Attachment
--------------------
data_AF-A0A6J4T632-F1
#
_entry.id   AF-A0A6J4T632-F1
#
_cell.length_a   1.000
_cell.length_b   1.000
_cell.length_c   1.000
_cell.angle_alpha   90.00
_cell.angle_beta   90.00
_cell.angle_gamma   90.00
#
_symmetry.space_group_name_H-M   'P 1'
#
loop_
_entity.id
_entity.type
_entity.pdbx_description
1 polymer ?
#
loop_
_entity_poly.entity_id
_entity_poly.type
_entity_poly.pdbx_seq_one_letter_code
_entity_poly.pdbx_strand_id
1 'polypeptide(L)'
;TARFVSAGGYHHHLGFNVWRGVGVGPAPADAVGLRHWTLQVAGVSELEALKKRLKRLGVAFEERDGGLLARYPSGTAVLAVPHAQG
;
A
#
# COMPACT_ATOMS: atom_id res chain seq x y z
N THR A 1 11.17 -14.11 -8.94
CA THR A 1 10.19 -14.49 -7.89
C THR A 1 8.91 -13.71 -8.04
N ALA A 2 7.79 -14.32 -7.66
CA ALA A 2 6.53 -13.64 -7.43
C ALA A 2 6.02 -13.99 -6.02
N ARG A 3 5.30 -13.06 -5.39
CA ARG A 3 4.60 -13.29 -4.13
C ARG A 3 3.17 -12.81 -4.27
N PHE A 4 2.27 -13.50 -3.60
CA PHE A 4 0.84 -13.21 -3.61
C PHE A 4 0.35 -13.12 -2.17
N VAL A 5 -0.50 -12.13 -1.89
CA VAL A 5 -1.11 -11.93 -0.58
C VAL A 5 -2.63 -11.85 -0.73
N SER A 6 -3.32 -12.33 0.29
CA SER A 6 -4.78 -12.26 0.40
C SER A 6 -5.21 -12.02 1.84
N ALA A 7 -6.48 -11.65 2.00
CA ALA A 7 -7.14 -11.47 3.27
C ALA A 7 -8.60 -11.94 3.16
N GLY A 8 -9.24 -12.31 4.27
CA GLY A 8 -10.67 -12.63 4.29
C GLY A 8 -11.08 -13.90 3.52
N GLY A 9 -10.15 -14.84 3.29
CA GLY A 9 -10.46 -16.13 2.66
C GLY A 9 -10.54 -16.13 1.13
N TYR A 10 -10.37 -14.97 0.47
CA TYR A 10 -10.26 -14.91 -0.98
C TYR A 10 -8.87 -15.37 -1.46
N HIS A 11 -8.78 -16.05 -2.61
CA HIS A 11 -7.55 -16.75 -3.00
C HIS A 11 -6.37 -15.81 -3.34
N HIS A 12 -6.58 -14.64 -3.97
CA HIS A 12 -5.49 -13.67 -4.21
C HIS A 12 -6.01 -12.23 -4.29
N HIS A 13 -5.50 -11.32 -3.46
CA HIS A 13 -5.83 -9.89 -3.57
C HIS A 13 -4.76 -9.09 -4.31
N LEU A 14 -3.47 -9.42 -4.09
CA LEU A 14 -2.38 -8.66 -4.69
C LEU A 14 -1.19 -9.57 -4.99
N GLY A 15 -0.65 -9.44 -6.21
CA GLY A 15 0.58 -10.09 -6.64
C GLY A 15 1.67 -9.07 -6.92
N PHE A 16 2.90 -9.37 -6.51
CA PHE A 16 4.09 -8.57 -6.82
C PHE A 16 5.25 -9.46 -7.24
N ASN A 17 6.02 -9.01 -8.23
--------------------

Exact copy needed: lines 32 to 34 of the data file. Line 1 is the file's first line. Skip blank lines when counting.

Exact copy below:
CA THR A 1 10.19 -14.49 -7.89
C THR A 1 8.91 -13.71 -8.04
N ALA A 2 7.79 -14.32 -7.66